Does the ruling class really exist in the way that Davis thinks it does? He gives us a few examples of representative ruling-class agents in the art world: “large corporations, including auction houses and corporate collectors; art investors, private collectors and patrons; trustees and administrators of large cultural institutions and universities.” It is not explained why all of these should be labeled “ruling-class,” and the characterization seems problematic. After all, universities and even corporations are different; they have competing interests and competing political programs. Likewise, a private art collector is as likely to be a Marxist intellectual on the Upper West Side as a right-wing Harvard MBA with a trophy wife and a villa in Languedoc. Such quibbles are irrelevant in this case, however, because what Davis means by “ruling class” is abundantly clear: the term is just a synonym for “rich.”
To make a class concept synonymous with a notion based on wealth is harmful for any serious analysis; to blur the difference by describing it as a question of controlling “the material resources of society” is even more so. It is not simply that this obscures the role of the means of production—to put it in Marxist terms—which are distributed quite unevenly among the various categories of wealthy agents that are involved in the art world. In fact, controlling the means of production is itself a highly problematic idea: in the globalized contemporary economy they are controlled by a whole range of agents from workers’ and farmers’ cooperatives to Chinese bureaucrats to rebel armies. Even in American debates about art the battle lines are hardly ever drawn on anything like a simple income basis. In short, by attributing common interests, ideologies, and worldviews to a group as loosely-defined and fluid as “the rich,” one risks creating a fixed and stable analytical unity that resists any empirical questioning. With his concept of the “ruling class,” borrowed without historical foundation or argument from Marx and Engels, Ben Davis has done just that.
The “working class,” as it is represented here, is even more problematic. Once more Davis offers us a set of examples: “gallery workers, anonymous fabricators of artistic components, non-professional museum workers, etc.” And once more it is evident that in most respects these groups share more differences than similarities. It is doubtful that an “anonymous fabricator of artistic components”—by which I presume Davis means workers in paint factories and the like—will generally feel any connection to anything that can be labeled an “art world.” The broad designation of “non-professional museum workers,” on the other hand, can include individuals who see such work as a pathway into the art world (through internships or personal recommendations, for instance) as well as those who dissociate themselves from it entirely. This heterogeneity of low-wage or unskilled labor in the art world is only a reflection of its variety in the broader labor market of postindustrial countries as a whole. The growth of service industries, the expanding proportion of contingent and temporary labor, the decline of unions and traditional industry—all of these developments render utterly pointless any attempt to construct a unified concept of the “working class” that would be equivalent or even broadly parallel to the old Marxist proletariat.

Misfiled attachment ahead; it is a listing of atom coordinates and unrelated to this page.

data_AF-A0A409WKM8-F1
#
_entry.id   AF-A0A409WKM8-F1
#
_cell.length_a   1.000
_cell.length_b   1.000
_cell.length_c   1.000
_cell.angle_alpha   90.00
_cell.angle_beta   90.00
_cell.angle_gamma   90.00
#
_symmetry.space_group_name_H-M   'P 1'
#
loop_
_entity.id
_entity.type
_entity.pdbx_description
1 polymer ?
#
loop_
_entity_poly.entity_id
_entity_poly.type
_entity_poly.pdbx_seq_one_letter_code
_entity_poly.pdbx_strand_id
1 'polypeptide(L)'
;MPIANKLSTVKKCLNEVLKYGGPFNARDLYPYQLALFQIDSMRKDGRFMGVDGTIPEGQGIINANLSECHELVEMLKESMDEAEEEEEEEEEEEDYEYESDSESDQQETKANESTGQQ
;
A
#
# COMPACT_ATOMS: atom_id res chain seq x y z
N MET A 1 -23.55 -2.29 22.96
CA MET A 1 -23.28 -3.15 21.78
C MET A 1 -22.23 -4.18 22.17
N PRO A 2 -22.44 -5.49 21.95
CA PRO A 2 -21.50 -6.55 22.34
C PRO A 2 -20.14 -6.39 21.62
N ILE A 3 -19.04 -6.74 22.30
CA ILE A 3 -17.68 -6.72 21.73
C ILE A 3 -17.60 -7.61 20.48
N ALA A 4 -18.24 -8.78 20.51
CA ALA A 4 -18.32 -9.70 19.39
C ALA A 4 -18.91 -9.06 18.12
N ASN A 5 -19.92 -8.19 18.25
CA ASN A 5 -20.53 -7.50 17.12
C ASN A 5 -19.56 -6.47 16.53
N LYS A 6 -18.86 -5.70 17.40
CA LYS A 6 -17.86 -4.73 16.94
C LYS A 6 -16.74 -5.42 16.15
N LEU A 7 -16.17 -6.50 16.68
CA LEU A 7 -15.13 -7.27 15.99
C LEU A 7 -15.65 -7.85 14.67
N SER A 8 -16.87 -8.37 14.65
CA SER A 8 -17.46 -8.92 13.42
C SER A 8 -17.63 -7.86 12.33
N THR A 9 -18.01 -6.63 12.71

But this does not stop Davis from attempting to do so, and the result is a series of vacuous, decontextualized generalizations about the importance of “an organized working class.” In Marx’s view, it was the environment of large factories employing thousands of workers that enabled working-class organization to flourish, since the workers in any given factory would share a common sense of their working conditions and economic interests. Such workplaces would provide a well-defined space for political agitation, due in part to the physical proximity of the workers to one another. Davis’s unstated implication—that a canvas-maker in a Shanghai factory and a janitor at MOMA can and ought to join together for the sake of their common interests—thus not only ignores the elementary organizational questions of space and numbers, but also substitutes a simple question for a much more difficult one. At issue, in effect, is the question of the possibility of working-class organization itself.